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Topic: 91-95 Tracker / Sidekick OBDI PCM ECM Diagnostic (no injecition pulse)  (Read 24380 times) previous topic - next topic

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91-95 Tracker / Sidekick OBDI PCM ECM Diagnostic (no injecition pulse)

Simple Tests Can Help Diagnose Defective PCM on GEO Tracker
Posted 1/20/2000
By Dave Martin

Vehicles:1991 through 1995 Geo Tracker.
Engine: 1.6L L4 TBI.
Symptom/problem: No start. No codes. There is spark but no injector pulse. There is no power to the injector during cranking. The PCM is not providing power due to a defective output circuit.

The Fix
After verifying that there is consistent spark from the coil, disconnect the injector connector and check for power on the red wire during cranking. The PCM provides power on this wire during cranking and running. If none is present, provide power to the red wire through a 5 amp in-line fuse connected to B+. Attempt to start the engine. If it starts and runs, verify that the red wire to the PCM is good and that the resistance of the injector is between 1 and 2 ohms. If it is, replace the PCM.

Because of the design of the circuit, the diagnostics for a defective PCM can be reduced to these simple tests. Reducing a diagnostic routine to a simple procedure can only be done after the circuit is completely understood and all possible problems are reviewed.

Background: The 1.6 L engine found in the Geo Tracker uses a throttle body injection system where the PCM not only provides the injector ground side pulse, it also provides power to the injector. This power is run through a resistor circuit inside the PCM to reduce maximum current flow through the injector windings and is only present during cranking or running.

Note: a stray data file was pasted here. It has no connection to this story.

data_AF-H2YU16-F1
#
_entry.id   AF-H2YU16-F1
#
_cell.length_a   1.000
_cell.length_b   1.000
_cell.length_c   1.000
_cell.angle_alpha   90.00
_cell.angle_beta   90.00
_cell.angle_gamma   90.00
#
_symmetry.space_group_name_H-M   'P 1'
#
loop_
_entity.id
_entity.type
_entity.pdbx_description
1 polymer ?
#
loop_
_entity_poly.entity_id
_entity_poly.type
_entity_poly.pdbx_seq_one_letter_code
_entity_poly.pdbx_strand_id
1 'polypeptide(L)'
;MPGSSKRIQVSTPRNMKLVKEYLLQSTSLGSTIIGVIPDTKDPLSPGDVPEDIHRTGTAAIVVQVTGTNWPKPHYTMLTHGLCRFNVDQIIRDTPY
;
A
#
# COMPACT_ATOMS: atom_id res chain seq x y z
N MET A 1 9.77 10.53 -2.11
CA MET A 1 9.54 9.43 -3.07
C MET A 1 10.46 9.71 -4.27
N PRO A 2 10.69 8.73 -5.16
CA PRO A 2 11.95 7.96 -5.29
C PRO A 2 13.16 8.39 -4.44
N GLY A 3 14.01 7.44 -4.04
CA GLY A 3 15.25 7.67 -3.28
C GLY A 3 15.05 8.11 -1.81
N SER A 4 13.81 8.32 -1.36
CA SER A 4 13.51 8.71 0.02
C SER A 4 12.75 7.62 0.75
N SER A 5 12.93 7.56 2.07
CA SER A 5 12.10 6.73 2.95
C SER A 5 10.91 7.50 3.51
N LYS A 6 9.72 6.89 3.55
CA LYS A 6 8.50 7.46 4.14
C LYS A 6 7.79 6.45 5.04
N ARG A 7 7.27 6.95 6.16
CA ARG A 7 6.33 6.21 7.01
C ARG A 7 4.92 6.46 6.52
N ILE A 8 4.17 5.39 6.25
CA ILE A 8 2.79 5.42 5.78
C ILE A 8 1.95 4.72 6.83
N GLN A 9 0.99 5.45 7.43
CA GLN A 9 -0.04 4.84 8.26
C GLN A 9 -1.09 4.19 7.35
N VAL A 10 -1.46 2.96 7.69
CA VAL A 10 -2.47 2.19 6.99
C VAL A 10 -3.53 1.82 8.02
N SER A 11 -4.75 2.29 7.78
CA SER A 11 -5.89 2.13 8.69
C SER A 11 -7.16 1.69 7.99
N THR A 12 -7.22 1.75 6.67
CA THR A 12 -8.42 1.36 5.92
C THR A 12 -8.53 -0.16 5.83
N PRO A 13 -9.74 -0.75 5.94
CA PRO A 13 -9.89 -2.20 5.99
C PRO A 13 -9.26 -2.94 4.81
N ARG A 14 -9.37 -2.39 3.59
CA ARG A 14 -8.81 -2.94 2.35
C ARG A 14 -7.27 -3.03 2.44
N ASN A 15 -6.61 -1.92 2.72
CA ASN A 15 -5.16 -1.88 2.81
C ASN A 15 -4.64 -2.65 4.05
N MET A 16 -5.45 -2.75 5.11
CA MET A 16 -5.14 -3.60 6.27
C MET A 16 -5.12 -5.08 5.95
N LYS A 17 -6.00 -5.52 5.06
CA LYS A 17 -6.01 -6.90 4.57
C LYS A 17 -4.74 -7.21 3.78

The PCM provides power to the injector when an rpm pulse is received at the PCM. This rpm pulse is generated by a camshaft position sensor (CMP) in the distributor and is sent to the PCM. When the PCM receives the signal, it looks at other values such as rpm, TPS, MAP, CTS and EGR to calculate the correct timing advance.

The PCM has direct control over the ignitor, which in turn controls the coil. If the ignition system has spark during cranking, then, of course, it is receiving this CMP pulse, and therefore should provide power to the injector.

By providing a separate fused power to the injector, the injector ground side operation of the PCM can be tested. If the engine starts and runs normally, the PCM is defective.

The resistance of the injector needs to be checked because a shorted injector could have damaged the PCM drive circuits and would have an effect on the new PCM.

Low resistance injectors in most vehicles are current limited by the PCM using the peak/hold method. When the injector is initially turned on, a current flow of about 4 amps is passed through the injector. This opens the injector up and generally takes about 1 millisecond. After the peak flow of amperage, this circuit shuts off and the hold circuit is engaged to keep the injector open for the duration of the pulse width. The PCM in the Geo Tracker does not use this method. Current flow is limited by a resistor built into the PCM and is in the circuit at all times. This control circuit is what burns out.

Some technicians suggest installing a power relay to the injector rather than replacing the PCM. This will not work because there is no current limiting feature in the circuit and will cause the ground side of the injector drive circuit in the PCM to fail in a short period of time. The correct repair is to replace the PCM.

  Dave Martin is an Identifix GM specialist. To pay his way through college, Martin started a business he named Auto Repair at Your Home. It was so successful he ran his own shop for 10 years. He is ASE master and L1 certified. Martin helped rewrite the L1 test. 

  • Last Edit: Wednesday, Aug 20, 2008, 11:13 PM by Whitfield